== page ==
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J Proteome Res. 2018 Dec 7;17(12):4160-4170. doi: 10.1021/acs.jproteome.8b00392. Epub 2018 Sep 17.

Large-Scale Reanalysis of Publicly Available HeLa Cell Proteomics Data in the Context of the Human Proteome Project.

Robin T1,2,3,4, Bairoch A1,4, Müller M5, Lisacek F2,3,6, Lane L1,4.

Author information

1
CALIPHO Group , SIB Swiss Institute of Bioinformatics, CMU , Rue Michel-Servet 1 , CH-1211 Geneva , Switzerland.
2
Proteome Informatics Group , SIB Swiss Institute of Bioinformatics, CMU , Rue Michel-Servet 1 , CH-1211 Geneva , Switzerland.
3
Computer Science Department , University of Geneva , CH-1211 Geneva , Switzerland.
4
Department of Microbiology and Molecular Medicine, Faculty of Medicine , University of Geneva , CH-1211 Geneva , Switzerland.
5
Vital-IT Group , SIB Swiss Institute of Bioinformatics, Genopode Building , Quartier Sorge , CH-1015 Lausanne , Switzerland.
6
Section of Biology , University of Geneva , CH-1211 Geneva , Switzerland.

Abstract

The practice of data sharing in the proteomics field took off and quickly spread in recent years as a result of collective effort. Nowadays, most journal editors mandate the submission of the original raw mass spectra to one of the databases of the ProteomeXchange consortium. With the exception of large institutional initiatives such as PeptideAtlas or the GPMDB, few new studies are however based on the reanalysis of mass spectrometry data. A wealth of information is thus left unexploited in public databases and repositories. Here, we present the large-scale reanalysis of 41 publicly available data sets corresponding to experiments carried out on the HeLa cancer cell line using a custom workflow. In addition to the search of new post-translational modification sites and "missing proteins", our main goal is to identify single amino acid variants and evaluate their impact on protein expression and stability through the spectral counting quantification approach. The X!Tandem software was selected to perform the search of a total of 56 363 701 tandem mass spectra against a customized variant protein database, compiled by the application of the in-house MzVar tool on HeLa-specific somatic and genomic variants retrieved from the COSMIC cell line project. After filtering the resulting identifications with a 1% FDR threshold computed at the protein level, 49 466 unique peptides were identified in 7266 protein entries, allowing the validation of 5576 protein entries in accordance with the HPP guidelines version 2.1. A new "missing protein" was observed (FRAT2, NX_O75474, chromosome 10), and 189 new phosphorylation and 392 new protein N-terminal acetylation sites could be identified. Twenty-four variant peptides were also identified, corresponding to 21 variants in 21 proteins. For three of the nine heterozygous cases where both the variant peptide and its wild-type counterpart were detected, the application of a two-tailed sign test showed a significant difference in the abundance of the two peptide versions.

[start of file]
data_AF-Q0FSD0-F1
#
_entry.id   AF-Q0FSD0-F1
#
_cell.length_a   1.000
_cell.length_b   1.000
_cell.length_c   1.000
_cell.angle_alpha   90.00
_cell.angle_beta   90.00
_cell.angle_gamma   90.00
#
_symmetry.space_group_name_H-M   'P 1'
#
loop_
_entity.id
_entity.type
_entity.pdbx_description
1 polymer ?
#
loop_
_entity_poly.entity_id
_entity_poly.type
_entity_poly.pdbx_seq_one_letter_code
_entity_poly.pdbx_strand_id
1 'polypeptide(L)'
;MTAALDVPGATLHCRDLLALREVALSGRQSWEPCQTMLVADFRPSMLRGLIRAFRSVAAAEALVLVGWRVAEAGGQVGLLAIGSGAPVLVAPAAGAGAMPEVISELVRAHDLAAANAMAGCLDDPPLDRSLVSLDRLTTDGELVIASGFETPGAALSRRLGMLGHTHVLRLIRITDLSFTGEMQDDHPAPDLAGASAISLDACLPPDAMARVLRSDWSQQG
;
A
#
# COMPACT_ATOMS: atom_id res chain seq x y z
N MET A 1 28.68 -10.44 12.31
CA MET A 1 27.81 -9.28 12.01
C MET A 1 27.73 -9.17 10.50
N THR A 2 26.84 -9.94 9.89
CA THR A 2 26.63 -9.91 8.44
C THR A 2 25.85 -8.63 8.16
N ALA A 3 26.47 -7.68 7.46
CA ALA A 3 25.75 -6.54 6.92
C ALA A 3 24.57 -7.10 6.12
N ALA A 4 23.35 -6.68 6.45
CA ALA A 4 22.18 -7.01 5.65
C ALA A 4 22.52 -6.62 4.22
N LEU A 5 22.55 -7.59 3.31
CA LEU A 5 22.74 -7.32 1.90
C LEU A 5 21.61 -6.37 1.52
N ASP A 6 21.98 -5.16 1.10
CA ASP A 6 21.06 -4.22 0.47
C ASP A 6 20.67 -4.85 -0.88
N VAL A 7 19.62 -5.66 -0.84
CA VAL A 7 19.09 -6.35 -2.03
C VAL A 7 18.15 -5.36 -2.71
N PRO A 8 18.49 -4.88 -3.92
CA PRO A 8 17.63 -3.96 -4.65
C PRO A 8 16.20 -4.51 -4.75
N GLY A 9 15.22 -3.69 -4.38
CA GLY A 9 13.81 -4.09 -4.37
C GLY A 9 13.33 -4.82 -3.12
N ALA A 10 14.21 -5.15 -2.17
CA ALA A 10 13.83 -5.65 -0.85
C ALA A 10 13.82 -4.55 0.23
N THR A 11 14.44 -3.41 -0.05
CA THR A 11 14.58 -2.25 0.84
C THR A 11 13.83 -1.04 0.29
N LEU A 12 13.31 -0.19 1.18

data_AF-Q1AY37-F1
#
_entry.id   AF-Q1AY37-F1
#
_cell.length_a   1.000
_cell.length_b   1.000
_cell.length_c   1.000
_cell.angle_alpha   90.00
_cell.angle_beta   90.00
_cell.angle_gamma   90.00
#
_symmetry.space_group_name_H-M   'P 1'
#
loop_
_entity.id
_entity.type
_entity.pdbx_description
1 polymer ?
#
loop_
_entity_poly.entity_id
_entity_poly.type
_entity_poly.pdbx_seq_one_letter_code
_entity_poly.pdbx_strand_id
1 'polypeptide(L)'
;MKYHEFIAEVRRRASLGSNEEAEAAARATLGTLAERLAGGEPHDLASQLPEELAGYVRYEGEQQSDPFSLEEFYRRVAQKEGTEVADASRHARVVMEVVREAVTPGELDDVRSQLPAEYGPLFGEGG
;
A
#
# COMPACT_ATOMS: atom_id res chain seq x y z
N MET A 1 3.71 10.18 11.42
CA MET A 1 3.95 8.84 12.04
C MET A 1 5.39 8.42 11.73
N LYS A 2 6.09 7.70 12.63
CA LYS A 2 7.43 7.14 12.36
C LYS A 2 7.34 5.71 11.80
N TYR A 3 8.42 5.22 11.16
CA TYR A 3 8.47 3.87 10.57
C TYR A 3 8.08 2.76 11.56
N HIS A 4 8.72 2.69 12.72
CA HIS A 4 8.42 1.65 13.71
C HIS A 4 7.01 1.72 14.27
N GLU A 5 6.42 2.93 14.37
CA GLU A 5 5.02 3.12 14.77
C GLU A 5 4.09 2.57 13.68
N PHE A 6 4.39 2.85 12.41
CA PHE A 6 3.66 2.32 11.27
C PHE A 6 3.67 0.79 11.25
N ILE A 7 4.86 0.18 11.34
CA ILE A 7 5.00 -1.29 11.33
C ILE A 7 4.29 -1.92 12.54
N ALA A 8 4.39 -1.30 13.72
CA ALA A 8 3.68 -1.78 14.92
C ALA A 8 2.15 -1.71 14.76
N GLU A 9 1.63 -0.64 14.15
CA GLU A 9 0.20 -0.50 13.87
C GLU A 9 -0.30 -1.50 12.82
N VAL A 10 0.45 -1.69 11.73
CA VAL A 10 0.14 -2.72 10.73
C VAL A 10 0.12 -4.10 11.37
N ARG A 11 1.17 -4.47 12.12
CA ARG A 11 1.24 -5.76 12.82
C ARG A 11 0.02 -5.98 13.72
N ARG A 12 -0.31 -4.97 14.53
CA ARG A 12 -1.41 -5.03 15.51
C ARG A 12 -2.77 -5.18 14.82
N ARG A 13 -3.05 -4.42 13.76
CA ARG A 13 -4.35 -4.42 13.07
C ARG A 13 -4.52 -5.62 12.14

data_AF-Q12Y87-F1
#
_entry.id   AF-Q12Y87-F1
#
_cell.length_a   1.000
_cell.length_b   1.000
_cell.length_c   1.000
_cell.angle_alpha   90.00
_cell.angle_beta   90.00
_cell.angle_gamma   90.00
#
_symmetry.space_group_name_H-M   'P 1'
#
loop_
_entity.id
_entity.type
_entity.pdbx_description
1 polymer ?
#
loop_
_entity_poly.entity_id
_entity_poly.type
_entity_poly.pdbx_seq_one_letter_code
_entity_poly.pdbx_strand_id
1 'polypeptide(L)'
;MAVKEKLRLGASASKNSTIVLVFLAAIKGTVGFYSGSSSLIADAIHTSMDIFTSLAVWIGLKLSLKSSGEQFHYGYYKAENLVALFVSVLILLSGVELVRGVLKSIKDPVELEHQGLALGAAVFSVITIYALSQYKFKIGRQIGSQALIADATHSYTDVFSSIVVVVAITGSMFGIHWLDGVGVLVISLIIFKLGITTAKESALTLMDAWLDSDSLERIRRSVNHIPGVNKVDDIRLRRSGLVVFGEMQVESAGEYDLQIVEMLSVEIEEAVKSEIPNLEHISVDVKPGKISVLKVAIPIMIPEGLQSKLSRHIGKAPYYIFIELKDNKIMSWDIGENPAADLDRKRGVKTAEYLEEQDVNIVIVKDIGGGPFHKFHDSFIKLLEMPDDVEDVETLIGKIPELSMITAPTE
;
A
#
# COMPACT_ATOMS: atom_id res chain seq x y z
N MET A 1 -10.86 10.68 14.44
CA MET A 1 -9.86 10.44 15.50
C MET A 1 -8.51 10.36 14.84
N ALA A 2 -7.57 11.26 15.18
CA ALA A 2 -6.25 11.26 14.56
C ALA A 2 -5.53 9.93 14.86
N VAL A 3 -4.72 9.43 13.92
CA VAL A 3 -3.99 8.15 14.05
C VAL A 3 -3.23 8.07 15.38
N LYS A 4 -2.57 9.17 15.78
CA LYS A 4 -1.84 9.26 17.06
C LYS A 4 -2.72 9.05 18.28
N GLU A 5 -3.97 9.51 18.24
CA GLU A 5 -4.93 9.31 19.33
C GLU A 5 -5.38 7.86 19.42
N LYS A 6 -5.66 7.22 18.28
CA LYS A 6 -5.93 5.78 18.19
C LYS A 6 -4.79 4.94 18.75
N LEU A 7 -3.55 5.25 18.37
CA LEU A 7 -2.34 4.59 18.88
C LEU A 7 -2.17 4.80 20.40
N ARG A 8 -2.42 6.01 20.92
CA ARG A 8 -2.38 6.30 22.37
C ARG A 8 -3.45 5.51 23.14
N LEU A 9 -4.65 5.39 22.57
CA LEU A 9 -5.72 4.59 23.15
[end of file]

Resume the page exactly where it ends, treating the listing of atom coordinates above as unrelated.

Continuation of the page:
KEYWORDS:

HeLa cell line; N-acetylation; bioinformatics; data reanalysis; identification; mass spectrometry; phosphorylation; proteomics; spectral counting; variants

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